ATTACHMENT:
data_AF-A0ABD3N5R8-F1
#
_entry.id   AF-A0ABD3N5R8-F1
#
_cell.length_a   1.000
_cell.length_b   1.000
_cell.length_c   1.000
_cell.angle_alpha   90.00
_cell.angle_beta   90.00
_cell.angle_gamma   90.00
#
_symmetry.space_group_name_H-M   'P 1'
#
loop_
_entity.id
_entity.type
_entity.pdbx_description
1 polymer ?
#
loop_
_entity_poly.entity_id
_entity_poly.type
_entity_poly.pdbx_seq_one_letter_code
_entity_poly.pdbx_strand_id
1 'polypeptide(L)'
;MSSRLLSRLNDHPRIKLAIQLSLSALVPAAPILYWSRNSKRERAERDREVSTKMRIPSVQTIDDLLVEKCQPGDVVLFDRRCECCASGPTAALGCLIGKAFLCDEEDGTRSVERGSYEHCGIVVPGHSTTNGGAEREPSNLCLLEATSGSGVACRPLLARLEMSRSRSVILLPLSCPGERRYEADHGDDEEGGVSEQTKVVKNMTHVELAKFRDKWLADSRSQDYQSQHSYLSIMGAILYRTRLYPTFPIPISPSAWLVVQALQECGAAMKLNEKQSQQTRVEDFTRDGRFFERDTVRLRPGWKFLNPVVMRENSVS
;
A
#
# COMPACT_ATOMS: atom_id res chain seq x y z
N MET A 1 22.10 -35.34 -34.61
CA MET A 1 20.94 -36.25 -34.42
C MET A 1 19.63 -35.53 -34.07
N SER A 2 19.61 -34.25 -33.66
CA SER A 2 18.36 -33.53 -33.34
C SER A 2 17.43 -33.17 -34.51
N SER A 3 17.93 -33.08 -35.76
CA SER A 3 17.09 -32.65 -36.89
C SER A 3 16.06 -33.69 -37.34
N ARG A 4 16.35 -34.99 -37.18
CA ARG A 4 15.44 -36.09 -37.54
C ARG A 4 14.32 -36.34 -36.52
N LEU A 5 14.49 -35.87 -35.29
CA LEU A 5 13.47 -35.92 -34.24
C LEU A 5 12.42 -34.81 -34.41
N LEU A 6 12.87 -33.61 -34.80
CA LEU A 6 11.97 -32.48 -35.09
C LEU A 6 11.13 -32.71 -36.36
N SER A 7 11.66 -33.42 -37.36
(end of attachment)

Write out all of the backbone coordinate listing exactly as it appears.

data_AF-A0ABD3N5R8-F1
#
_entry.id   AF-A0ABD3N5R8-F1
#
_cell.length_a   1.000
_cell.length_b   1.000
_cell.length_c   1.000
_cell.angle_alpha   90.00
_cell.angle_beta   90.00
_cell.angle_gamma   90.00
#
_symmetry.space_group_name_H-M   'P 1'
#
loop_
_entity.id
_entity.type
_entity.pdbx_description
1 polymer ?
#
loop_
_entity_poly.entity_id
_entity_poly.type
_entity_poly.pdbx_seq_one_letter_code
_entity_poly.pdbx_strand_id
1 'polypeptide(L)'
;MSSRLLSRLNDHPRIKLAIQLSLSALVPAAPILYWSRNSKRERAERDREVSTKMRIPSVQTIDDLLVEKCQPGDVVLFDRRCECCASGPTAALGCLIGKAFLCDEEDGTRSVERGSYEHCGIVVPGHSTTNGGAEREPSNLCLLEATSGSGVACRPLLARLEMSRSRSVILLPLSCPGERRYEADHGDDEEGGVSEQTKVVKNMTHVELAKFRDKWLADSRSQDYQSQHSYLSIMGAILYRTRLYPTFPIPISPSAWLVVQALQECGAAMKLNEKQSQQTRVEDFTRDGRFFERDTVRLRPGWKFLNPVVMRENSVS
;
A
#
# COMPACT_ATOMS: atom_id res chain seq x y z
N MET A 1 22.10 -35.34 -34.61
CA MET A 1 20.94 -36.25 -34.42
C MET A 1 19.63 -35.53 -34.07
N SER A 2 19.61 -34.25 -33.66
CA SER A 2 18.36 -33.53 -33.34
C SER A 2 17.43 -33.17 -34.51
N SER A 3 17.93 -33.08 -35.76
CA SER A 3 17.09 -32.65 -36.89
C SER A 3 16.06 -33.69 -37.34
N ARG A 4 16.35 -34.99 -37.18
CA ARG A 4 15.44 -36.09 -37.54
C ARG A 4 14.32 -36.34 -36.52
N LEU A 5 14.49 -35.87 -35.29
CA LEU A 5 13.47 -35.92 -34.24
C LEU A 5 12.42 -34.81 -34.41
N LEU A 6 12.87 -33.61 -34.80
CA LEU A 6 11.97 -32.48 -35.09
C LEU A 6 11.13 -32.71 -36.36
N SER A 7 11.66 -33.42 -37.36